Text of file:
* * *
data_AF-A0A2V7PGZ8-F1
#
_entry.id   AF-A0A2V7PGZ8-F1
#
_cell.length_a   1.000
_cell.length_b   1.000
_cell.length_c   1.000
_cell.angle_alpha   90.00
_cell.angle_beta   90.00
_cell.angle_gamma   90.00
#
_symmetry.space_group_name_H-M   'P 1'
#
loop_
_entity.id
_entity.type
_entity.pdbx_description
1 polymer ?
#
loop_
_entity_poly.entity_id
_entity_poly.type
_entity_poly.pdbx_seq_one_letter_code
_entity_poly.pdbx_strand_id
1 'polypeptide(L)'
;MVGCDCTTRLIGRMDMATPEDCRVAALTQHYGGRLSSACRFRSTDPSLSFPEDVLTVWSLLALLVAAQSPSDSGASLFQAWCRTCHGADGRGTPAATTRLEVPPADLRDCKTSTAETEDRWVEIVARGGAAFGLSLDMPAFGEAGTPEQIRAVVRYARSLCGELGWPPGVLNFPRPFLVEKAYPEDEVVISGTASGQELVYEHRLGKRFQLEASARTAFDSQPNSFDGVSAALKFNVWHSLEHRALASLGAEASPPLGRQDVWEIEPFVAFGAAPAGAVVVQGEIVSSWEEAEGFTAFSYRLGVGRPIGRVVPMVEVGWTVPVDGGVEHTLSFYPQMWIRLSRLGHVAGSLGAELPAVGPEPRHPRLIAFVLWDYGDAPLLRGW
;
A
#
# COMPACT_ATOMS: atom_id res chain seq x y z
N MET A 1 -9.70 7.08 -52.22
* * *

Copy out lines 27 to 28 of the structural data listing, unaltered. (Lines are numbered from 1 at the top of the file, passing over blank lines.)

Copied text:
;
A